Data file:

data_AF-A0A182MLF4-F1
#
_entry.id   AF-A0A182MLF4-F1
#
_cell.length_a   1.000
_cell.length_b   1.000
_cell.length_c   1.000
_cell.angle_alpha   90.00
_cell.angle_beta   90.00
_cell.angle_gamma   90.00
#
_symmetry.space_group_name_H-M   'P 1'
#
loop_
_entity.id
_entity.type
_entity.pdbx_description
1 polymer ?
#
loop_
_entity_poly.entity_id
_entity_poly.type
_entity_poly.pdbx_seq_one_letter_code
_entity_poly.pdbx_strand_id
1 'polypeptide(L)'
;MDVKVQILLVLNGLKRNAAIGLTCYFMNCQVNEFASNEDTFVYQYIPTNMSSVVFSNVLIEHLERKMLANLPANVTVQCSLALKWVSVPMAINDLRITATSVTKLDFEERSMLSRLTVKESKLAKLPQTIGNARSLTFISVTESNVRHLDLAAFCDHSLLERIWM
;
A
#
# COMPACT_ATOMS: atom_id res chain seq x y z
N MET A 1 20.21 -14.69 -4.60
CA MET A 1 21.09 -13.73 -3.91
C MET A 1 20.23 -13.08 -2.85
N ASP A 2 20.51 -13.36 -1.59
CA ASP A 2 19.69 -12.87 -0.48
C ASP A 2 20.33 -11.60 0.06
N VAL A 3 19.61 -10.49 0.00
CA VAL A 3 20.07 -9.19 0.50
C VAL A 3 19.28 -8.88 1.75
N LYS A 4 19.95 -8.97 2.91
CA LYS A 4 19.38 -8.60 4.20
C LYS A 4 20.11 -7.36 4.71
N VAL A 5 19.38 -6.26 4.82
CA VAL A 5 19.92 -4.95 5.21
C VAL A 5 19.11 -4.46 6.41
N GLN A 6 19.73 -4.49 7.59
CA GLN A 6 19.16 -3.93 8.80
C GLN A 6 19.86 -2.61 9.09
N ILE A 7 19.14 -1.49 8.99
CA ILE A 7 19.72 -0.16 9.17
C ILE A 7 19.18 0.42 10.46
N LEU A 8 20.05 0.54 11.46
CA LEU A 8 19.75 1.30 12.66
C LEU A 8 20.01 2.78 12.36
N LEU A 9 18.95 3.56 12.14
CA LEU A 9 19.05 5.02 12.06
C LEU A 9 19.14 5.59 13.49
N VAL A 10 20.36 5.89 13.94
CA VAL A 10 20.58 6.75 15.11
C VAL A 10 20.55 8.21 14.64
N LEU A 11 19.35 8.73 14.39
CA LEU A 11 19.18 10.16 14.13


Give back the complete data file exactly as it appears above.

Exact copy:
data_AF-A0A182MLF4-F1
#
_entry.id   AF-A0A182MLF4-F1
#
_cell.length_a   1.000
_cell.length_b   1.000
_cell.length_c   1.000
_cell.angle_alpha   90.00
_cell.angle_beta   90.00
_cell.angle_gamma   90.00
#
_symmetry.space_group_name_H-M   'P 1'
#
loop_
_entity.id
_entity.type
_entity.pdbx_description
1 polymer ?
#
loop_
_entity_poly.entity_id
_entity_poly.type
_entity_poly.pdbx_seq_one_letter_code
_entity_poly.pdbx_strand_id
1 'polypeptide(L)'
;MDVKVQILLVLNGLKRNAAIGLTCYFMNCQVNEFASNEDTFVYQYIPTNMSSVVFSNVLIEHLERKMLANLPANVTVQCSLALKWVSVPMAINDLRITATSVTKLDFEERSMLSRLTVKESKLAKLPQTIGNARSLTFISVTESNVRHLDLAAFCDHSLLERIWM
;
A
#
# COMPACT_ATOMS: atom_id res chain seq x y z
N MET A 1 20.21 -14.69 -4.60
CA MET A 1 21.09 -13.73 -3.91
C MET A 1 20.23 -13.08 -2.85
N ASP A 2 20.51 -13.36 -1.59
CA ASP A 2 19.69 -12.87 -0.48
C ASP A 2 20.33 -11.60 0.06
N VAL A 3 19.61 -10.49 0.00
CA VAL A 3 20.07 -9.19 0.50
C VAL A 3 19.28 -8.88 1.75
N LYS A 4 19.95 -8.97 2.91
CA LYS A 4 19.38 -8.60 4.20
C LYS A 4 20.11 -7.36 4.71
N VAL A 5 19.38 -6.26 4.82
CA VAL A 5 19.92 -4.95 5.21
C VAL A 5 19.11 -4.46 6.41
N GLN A 6 19.73 -4.49 7.59
CA GLN A 6 19.16 -3.93 8.80
C GLN A 6 19.86 -2.61 9.09
N ILE A 7 19.14 -1.49 8.99
CA ILE A 7 19.72 -0.16 9.17
C ILE A 7 19.18 0.42 10.46
N LEU A 8 20.05 0.54 11.46
CA LEU A 8 19.75 1.30 12.66
C LEU A 8 20.01 2.78 12.36
N LEU A 9 18.95 3.56 12.14
CA LEU A 9 19.05 5.02 12.06
C LEU A 9 19.14 5.59 13.49
N VAL A 10 20.36 5.89 13.94
CA VAL A 10 20.58 6.75 15.11
C VAL A 10 20.55 8.21 14.64
N LEU A 11 19.35 8.73 14.39
CA LEU A 11 19.18 10.16 14.13